Tuesday, 25 November 2014

Evaluation of the Project

Span the gap project evaluation

Span the gap project focused on with finding a way to get from A to B, we were delegated to span the gap with certain materials. The gap is 1500 mm and no single piece of material is that long, except for the string. The aim was to build an engineered solution that combines the materials together which successfully spans the gap and holds fair amount of weight, testing would be done to signs of failure and destruction, initially the weights will be applied in the middle of the structure on a compulsory platform.

First step to successfully solving this problem was to analyse the materials we were given, their properties and possible application to the structure. Our group has somewhat managed to look at the different use of materials and their properties. We have looked at how we could incorporate the materials; we thought of that the primary material would be foam board; three pieces together spam across 2400 mm, we immediately focused on foam board whereas we should have considered the use of other materials available.

Our group have come up with some initial ideas in the class, further research was carried out at in our own times. First idea was based around the use of arch, my initial thought was that arches are build from the ground upwards and our brief did say that we can only go 150 mm below the table. Second idea was based around the beam, I figured that it has a great compression and tension resistance and would hold good amount of weight. Donnie came up with an A frame like structure. Rest of the group have analysed the designs and some suggestions were made, for instance bird mouth and positioning the structures in a way in which they would use the tables to take some stress from the weigh applied. Another suggestion was concerned with engineering solution to connect the pieces of foam together. One was the use of strings and another was to incorporate finger joints. We all decided to go with two ideas, the arched bridge and the beam. After we all dismissed further individual research was made. I consider this stage as successful as everyone was involved and we managed to come up with three good ideas.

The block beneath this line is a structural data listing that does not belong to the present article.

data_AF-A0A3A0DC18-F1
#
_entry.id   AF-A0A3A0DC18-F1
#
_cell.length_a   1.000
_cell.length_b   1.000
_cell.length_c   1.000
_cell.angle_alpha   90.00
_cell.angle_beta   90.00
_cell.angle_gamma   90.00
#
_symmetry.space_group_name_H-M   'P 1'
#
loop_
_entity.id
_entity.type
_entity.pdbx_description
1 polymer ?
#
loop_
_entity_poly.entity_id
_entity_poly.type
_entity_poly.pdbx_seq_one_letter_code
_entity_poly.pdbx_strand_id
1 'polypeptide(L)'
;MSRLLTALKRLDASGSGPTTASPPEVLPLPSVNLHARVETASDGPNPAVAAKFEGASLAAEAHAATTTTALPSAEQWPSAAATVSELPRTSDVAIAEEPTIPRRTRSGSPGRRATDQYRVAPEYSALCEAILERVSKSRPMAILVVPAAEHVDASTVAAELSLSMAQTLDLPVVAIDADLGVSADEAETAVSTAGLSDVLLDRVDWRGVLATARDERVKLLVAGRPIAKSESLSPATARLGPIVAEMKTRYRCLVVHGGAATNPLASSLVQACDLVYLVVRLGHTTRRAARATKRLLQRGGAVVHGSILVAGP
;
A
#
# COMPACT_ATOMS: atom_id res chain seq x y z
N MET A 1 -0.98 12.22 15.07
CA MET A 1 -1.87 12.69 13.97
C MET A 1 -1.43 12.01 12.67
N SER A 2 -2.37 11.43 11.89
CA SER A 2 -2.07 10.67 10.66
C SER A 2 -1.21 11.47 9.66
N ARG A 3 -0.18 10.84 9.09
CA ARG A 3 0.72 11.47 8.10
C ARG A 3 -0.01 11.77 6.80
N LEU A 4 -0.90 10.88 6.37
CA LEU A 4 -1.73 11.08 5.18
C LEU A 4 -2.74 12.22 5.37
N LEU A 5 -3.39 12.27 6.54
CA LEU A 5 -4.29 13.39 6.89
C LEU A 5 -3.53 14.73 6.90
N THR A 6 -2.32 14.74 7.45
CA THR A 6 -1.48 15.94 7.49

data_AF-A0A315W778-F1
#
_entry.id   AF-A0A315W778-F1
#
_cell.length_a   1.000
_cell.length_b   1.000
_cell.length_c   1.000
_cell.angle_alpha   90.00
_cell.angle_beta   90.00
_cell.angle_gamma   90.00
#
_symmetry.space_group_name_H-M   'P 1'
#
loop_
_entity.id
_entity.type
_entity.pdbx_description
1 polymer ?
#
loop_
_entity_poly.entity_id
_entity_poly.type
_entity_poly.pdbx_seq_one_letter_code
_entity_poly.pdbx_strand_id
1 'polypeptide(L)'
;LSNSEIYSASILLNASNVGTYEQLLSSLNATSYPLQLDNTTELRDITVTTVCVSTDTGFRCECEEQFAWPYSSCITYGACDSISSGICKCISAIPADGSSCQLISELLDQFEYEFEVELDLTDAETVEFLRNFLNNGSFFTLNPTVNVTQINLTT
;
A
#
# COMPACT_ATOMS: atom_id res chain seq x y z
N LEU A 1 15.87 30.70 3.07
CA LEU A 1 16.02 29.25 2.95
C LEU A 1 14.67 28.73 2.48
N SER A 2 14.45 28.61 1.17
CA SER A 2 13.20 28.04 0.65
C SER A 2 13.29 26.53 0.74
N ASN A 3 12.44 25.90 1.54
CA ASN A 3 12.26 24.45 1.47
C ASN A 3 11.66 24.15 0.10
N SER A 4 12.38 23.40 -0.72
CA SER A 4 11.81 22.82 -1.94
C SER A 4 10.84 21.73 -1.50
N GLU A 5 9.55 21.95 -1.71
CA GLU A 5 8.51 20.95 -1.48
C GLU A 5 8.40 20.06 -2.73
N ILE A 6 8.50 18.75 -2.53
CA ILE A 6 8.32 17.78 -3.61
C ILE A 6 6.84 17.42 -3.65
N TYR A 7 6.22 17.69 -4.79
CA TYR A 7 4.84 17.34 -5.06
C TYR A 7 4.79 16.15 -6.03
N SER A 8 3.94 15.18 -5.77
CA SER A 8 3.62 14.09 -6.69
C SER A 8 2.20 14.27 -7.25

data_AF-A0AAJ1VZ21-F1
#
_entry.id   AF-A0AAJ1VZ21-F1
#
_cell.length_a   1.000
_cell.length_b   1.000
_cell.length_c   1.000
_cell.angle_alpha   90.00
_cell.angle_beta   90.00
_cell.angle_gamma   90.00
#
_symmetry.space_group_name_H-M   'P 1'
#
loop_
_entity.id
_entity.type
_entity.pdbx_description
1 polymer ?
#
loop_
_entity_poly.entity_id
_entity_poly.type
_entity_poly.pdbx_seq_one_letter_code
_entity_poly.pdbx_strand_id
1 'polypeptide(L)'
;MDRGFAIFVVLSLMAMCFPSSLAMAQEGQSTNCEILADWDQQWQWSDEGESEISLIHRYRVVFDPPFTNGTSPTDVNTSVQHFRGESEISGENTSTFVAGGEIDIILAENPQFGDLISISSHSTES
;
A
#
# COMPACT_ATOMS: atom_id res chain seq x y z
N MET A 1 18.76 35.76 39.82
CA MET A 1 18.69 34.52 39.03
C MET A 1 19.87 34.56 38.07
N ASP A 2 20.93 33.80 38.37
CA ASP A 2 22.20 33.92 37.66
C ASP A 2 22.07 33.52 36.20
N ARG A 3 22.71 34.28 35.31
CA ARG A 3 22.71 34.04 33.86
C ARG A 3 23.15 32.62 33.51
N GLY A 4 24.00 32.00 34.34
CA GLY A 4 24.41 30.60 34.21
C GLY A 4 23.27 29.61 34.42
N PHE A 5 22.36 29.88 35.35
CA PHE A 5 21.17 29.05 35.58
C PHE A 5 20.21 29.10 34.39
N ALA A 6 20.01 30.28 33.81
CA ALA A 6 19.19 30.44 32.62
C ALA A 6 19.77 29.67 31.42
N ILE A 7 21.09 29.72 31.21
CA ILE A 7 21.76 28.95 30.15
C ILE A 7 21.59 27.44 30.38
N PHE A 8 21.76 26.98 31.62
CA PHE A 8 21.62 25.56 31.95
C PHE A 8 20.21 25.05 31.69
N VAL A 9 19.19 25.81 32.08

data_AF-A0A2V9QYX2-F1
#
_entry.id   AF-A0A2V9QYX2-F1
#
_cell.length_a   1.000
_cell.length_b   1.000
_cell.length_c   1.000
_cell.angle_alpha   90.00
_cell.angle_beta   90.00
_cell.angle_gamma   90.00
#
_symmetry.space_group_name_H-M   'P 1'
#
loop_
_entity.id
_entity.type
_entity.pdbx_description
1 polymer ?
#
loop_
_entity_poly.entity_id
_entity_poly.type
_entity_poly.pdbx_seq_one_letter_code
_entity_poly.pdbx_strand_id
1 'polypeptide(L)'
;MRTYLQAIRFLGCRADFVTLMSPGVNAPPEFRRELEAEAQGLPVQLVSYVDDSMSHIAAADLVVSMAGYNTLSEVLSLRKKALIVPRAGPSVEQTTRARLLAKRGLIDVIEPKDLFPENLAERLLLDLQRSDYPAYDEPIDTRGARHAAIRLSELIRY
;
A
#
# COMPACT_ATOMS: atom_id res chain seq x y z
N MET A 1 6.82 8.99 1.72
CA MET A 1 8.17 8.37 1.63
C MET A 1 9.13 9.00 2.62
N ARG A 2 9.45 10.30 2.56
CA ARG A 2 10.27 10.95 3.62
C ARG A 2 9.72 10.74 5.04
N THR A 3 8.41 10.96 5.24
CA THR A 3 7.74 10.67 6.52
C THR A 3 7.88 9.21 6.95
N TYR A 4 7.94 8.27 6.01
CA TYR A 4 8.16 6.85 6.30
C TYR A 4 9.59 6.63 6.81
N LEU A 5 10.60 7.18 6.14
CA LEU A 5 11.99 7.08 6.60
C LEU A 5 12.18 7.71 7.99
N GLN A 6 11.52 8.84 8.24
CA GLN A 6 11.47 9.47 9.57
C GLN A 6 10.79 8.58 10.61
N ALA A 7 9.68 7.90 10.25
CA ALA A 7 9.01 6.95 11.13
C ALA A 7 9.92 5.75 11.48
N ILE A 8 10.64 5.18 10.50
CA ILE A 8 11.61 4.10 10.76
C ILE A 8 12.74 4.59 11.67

Selection of our final design was made during model making, only when we went on to create prototypes we realised what will work and what will fail. We delegated different tasks to members of our group. The beam idea looked very promising on paper but when we went on to make it everything changed, we came up with issues of connecting the materials, Rhia suggested we use the thread to pierce through the foam. The beam successfully spammed the gap although it was visible right away that the structure started to bend in the centre, it's first sign of failure.

Doug's idea was to incorporate finger joints and use the thread to lock them. Once the making of this prototype was done we tested it out with water bottle, it managed to hold the weight pretty well therefore we decided to put a brick on it, it had some success too however it started to lean towards one side. Masoud suggested we think about depth of our structure, spreading it ends out would help. This led us towards making new model and here is where most issues were exposed.
Myself and Donnie volunteered to build the final model, firstly our prototype used 4.5 pieces of foam board, we were delegated a specific amount of materials and we went over the limit. This showed that we didn't really look at our material list and sizes whilst building the prototype of the arched bridge. Justification and selection of the design was an unsuccessful stage as failed to communicate, stick to material list and take on board important tips.